Endometrial ablation; less is more? Historical cohort study comparing long-term outcomes from two time periods and two treatment modalities for 854 women
Peer reviewed, Journal article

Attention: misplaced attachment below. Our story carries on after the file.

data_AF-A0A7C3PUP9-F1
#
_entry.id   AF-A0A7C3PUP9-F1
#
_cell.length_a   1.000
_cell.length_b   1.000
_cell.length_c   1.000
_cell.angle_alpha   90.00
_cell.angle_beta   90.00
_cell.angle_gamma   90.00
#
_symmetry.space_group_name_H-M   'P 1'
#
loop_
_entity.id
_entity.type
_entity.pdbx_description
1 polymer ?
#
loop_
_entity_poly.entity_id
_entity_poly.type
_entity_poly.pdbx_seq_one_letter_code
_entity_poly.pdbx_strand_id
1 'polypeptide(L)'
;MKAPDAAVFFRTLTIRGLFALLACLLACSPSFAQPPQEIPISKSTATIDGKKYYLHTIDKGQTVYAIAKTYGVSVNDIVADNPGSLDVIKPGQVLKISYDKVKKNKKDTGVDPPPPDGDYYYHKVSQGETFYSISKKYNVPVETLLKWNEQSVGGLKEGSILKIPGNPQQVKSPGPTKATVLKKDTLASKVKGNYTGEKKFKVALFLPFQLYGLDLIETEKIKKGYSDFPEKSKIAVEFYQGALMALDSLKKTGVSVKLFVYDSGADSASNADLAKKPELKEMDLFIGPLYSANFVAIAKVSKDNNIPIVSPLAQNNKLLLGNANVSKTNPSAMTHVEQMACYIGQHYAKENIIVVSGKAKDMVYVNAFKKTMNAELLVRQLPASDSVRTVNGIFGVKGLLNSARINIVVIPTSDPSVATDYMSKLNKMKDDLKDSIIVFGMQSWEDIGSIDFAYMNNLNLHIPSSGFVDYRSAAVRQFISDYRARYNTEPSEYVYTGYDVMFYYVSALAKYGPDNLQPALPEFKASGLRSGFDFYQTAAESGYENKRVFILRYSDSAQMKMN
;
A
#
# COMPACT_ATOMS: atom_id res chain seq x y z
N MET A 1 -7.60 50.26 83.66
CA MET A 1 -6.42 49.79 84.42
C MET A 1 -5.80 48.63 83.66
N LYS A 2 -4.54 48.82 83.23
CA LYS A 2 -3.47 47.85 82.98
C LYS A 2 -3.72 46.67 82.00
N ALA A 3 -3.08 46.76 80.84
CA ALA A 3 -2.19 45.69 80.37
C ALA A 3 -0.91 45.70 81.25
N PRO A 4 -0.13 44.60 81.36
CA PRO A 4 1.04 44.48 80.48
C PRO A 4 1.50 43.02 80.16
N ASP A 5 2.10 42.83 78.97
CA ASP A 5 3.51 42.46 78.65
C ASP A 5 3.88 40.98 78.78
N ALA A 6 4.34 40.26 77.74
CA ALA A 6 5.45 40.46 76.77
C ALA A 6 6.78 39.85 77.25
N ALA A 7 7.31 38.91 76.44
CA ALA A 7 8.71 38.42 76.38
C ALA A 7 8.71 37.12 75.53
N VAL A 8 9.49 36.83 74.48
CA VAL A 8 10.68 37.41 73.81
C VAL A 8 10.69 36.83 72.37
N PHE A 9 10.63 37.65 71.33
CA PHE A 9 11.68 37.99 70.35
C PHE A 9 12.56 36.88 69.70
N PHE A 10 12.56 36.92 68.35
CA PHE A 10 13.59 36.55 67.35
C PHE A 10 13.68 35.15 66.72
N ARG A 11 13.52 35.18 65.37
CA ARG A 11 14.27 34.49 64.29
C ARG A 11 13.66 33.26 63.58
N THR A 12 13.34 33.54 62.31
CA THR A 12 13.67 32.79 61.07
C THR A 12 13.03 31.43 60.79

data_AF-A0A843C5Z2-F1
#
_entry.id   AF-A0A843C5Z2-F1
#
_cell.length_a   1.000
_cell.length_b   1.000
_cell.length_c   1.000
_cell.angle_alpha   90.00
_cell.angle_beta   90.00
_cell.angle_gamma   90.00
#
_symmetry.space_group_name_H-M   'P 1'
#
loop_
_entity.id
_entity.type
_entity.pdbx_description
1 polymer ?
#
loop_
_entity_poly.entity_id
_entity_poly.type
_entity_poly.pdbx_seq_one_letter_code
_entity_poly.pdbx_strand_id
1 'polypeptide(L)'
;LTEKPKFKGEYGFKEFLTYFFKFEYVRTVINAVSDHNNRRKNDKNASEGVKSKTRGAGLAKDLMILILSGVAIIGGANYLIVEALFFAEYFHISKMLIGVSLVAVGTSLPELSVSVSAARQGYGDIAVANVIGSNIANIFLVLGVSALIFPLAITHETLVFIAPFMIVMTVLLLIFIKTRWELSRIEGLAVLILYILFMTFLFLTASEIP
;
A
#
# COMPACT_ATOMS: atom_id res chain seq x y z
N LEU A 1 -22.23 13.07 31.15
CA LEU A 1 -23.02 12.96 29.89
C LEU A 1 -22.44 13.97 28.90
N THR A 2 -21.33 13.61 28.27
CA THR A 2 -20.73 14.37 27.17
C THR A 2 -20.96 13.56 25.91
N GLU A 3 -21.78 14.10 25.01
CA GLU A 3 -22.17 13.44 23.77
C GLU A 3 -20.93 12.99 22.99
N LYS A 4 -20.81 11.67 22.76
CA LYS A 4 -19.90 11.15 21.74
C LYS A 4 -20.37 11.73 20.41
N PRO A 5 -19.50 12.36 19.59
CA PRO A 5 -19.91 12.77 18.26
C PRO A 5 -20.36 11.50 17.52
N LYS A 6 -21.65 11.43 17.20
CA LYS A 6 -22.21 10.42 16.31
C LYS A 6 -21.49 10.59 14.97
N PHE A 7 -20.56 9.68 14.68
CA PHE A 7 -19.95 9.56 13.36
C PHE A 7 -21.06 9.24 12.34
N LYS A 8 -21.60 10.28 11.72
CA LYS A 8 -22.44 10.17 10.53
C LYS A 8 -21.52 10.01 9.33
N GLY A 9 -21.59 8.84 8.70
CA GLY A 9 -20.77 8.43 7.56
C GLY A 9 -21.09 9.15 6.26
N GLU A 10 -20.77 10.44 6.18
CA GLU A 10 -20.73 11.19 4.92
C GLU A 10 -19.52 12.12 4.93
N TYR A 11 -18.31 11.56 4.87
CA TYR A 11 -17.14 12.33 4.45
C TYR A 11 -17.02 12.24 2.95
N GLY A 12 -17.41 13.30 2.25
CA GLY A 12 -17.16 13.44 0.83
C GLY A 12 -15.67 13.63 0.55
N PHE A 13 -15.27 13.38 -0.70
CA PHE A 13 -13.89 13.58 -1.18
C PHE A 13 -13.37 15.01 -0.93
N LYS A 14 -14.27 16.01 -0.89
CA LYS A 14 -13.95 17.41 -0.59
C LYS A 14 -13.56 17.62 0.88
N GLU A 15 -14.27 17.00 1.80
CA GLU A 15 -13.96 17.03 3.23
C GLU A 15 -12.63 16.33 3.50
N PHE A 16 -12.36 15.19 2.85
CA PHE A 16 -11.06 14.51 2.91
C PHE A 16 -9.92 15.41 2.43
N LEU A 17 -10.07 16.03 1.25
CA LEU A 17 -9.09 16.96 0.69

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Background: Abnormal uterine bleeding needs surgical treatment if medical therapy fails. After introduction of non-hysteroscopic endometrial ablation as alternative to hysteroscopic endometrial resection, we aimed to compare short and long-term outcomes for women treated with these two minimally-invasive procedures. A secondary goal was comparing the present cohort to a previous cohort of women treated with hysteroscopic resection only. Materials and methods: Historical cohort study of women treated for abnormal uterine bleeding with hysteroscopic resection or endometrial ablation at Haukeland University Hospital during 2006–2014. Similar patient file and patient-reported outcome data were collected from 386 hysteroscopic resections in a previous cohort (1992–1998). Categorical variables were compared by Chi-square or Fisher´s Exact-test, linear variables by Mann-Whitney U-test and time to hysterectomy by the Kaplan-Meier method. Results: During 2006–2014, 772 women were treated with endometrial resection or ablation, 468 women (61%) consented to study-inclusion; 333 women (71%) were treated with hysteroscopic resection and 135 (29%) with endometrial ablation. Preoperative characteristics were significantly different for women treated with hysteroscopic resection compared to endometrial ablation in the 2006-2014-cohort and between the two time-cohorts regarding menopausal, sterilization and myoma status (p≤0.036). The endometrial ablation group had significantly shorter operation time, median 13 minutes (95% Confidence Interval (CI) 12–14) and a lower complication rate (2%) versus operation time, median 25 minutes (95% CI 23–26) and complication rate (13%) in the hysteroscopy group, all p ≤0.001. The patient-reported rate of satisfaction with treatment was equivalent in both groups (85%, p = 0.955). The endometrial ablation group had lower hysterectomy rate (8% vs 16%, p = 0.024). Patient-reported satisfaction rate was higher (85%) in the 2006-2014-cohort compared with the 1992-1998-cohort (73%), p<0.001. Conclusions: Endometrial ablation has similar patient satisfaction rate, but shorter operation time and lower complication rate and may be a good alternative to hysteroscopic resection for treatment of abnormal uterine bleeding.